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Biomineralization: Mechanisms of Hydroxyapatite Crystal Growth

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Bioinspiration

Part of the book series: Biological and Medical Physics, Biomedical Engineering ((BIOMEDICAL))

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Abstract

Progress in the investigation of the growth mechanism of hydroxyapatite, the most important biomineral, is described in relation to observation and measurement techniques of crystals growing in aqueous solutions. Optical interferometry, especially phase-shift interferometry, can measure the apatite growth rate precisely and facilitates estimates of several growth parameters necessary to analyze the growth mechanism of apatite. The data strongly suggest that the growth unit of apatite takes the form of energetically stable clusters. Apatite growth proceeds via accumulation of clusters, resembling the growth of macromolecular protein crystals, although conventional spiral or two-dimensional nucleation growth occurs on the surface, as in the case of protein crystals. Phase transformation of amorphous calcium phosphate into apatite proceeds via direct structure reconstruction of aggregates with clusters as the minimum unit. These cluster-based transformation and growth phenomena are not specific to apatite: they also occur in other biominerals, such as calcium carbonates.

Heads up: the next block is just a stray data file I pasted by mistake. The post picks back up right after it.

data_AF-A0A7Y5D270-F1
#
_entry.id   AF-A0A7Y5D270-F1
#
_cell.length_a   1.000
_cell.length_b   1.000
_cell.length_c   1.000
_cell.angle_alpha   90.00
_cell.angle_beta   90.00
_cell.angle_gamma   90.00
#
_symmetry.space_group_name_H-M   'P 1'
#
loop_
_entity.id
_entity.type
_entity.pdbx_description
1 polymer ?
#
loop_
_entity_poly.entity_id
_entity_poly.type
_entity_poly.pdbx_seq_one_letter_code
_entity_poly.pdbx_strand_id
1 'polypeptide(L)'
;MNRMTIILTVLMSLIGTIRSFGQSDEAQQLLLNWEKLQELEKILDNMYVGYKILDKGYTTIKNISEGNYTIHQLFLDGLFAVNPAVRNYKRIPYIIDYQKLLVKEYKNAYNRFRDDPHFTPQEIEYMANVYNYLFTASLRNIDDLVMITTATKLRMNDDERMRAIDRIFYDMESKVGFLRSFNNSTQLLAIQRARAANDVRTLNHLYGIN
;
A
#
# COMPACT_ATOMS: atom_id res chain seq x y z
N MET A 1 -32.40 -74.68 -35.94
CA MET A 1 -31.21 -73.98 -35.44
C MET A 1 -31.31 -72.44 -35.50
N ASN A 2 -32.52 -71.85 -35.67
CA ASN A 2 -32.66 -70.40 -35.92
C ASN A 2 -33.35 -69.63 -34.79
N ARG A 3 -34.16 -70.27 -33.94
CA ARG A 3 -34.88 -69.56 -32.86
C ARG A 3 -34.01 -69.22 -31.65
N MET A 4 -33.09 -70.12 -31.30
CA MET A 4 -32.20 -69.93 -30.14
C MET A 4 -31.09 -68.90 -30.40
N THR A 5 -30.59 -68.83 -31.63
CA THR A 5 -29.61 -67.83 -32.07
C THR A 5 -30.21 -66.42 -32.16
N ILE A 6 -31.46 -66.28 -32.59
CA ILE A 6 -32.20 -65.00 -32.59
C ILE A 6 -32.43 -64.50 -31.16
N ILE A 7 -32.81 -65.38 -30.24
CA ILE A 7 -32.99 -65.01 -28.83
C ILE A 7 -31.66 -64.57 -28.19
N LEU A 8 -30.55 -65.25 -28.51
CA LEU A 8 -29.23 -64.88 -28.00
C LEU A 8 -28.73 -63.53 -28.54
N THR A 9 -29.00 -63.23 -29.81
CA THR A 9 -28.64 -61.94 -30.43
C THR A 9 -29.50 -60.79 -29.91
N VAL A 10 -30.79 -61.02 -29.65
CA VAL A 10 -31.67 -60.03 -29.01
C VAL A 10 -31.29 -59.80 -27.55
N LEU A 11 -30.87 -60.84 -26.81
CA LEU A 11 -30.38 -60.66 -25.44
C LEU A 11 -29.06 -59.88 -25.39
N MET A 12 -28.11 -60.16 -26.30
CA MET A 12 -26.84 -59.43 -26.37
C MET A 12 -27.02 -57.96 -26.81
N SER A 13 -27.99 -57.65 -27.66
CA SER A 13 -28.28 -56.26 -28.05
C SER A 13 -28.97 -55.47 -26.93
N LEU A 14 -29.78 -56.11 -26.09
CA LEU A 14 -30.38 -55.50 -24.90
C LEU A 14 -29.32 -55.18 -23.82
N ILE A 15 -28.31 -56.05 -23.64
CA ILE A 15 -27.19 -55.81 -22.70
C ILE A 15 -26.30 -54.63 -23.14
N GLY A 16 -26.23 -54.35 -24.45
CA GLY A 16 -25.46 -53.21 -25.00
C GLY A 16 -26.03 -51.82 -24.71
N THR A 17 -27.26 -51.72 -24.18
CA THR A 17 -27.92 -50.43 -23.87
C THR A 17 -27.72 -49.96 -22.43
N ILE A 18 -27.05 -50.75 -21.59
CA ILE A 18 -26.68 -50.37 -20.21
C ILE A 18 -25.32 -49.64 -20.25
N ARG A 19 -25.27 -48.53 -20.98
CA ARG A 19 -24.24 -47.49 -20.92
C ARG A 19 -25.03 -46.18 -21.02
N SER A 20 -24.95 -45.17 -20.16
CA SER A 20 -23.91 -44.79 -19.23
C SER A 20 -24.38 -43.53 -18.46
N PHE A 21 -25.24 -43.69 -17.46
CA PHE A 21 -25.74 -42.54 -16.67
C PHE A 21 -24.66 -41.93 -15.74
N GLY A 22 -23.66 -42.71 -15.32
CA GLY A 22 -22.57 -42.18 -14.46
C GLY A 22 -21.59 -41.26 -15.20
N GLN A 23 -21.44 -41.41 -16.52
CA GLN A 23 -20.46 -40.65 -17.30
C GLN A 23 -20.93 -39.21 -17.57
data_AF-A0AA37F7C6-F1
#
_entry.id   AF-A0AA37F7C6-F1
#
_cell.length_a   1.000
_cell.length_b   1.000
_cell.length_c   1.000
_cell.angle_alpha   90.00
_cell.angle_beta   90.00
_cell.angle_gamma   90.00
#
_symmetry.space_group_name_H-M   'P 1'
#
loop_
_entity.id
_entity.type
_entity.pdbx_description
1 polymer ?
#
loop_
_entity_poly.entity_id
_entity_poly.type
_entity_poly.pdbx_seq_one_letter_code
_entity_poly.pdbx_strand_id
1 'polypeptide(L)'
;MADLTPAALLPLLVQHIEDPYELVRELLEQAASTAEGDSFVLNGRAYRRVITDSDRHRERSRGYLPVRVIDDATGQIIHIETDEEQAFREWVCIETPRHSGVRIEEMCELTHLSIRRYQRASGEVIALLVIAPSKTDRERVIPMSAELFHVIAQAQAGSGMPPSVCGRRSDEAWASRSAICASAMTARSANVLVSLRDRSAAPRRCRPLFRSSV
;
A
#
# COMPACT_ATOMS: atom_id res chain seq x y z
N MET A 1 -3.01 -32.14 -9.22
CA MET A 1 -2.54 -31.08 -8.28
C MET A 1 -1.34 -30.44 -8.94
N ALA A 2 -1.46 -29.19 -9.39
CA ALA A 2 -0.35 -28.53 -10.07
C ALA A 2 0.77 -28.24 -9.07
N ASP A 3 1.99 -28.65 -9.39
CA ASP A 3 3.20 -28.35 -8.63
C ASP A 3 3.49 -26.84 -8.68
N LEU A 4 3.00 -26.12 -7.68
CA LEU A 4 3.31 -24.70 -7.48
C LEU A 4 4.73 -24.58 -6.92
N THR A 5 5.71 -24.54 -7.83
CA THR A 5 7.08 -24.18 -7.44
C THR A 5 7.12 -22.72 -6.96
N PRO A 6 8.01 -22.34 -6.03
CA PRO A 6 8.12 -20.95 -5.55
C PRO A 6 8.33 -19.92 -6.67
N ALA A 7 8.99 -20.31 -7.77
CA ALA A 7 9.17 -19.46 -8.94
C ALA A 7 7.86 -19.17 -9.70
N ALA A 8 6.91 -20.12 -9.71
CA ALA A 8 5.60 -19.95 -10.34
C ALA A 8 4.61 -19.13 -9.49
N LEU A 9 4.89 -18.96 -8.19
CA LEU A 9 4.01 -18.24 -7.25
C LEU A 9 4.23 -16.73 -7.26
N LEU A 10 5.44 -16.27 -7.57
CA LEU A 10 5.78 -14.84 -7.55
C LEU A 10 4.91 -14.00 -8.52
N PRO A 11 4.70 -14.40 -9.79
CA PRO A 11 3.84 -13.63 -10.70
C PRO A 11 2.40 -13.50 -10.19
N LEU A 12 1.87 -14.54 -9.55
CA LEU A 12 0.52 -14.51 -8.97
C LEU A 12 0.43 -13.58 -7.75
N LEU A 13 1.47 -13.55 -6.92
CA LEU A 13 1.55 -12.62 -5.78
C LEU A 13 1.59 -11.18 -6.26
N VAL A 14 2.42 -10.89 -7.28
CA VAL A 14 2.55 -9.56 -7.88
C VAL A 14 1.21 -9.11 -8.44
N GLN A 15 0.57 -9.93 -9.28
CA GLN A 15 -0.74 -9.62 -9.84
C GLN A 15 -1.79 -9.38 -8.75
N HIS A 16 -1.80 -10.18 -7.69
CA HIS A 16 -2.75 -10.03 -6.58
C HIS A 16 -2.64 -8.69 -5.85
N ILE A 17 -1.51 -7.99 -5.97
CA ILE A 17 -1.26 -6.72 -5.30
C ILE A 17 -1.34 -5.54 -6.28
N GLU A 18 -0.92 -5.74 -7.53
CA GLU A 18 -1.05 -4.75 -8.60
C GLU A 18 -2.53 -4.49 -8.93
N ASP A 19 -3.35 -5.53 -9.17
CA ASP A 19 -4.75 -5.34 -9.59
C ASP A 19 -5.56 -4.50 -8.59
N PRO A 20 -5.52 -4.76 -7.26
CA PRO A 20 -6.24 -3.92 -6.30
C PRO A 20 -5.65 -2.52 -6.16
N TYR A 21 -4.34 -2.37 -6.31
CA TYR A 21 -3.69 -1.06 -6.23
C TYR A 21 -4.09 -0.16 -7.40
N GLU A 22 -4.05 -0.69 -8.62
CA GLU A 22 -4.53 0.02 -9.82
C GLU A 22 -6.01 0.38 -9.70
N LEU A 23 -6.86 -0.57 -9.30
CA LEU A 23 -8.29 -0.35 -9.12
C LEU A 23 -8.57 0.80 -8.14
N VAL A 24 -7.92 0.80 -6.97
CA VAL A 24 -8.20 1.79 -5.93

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Onuma, K., Tsuji, T., Iijima, M. (2012). Biomineralization: Mechanisms of Hydroxyapatite Crystal Growth. In: Liu, X. (eds) Bioinspiration. Biological and Medical Physics, Biomedical Engineering. Springer, New York, NY. https://doi.org/10.1007/978-1-4614-5372-7_3

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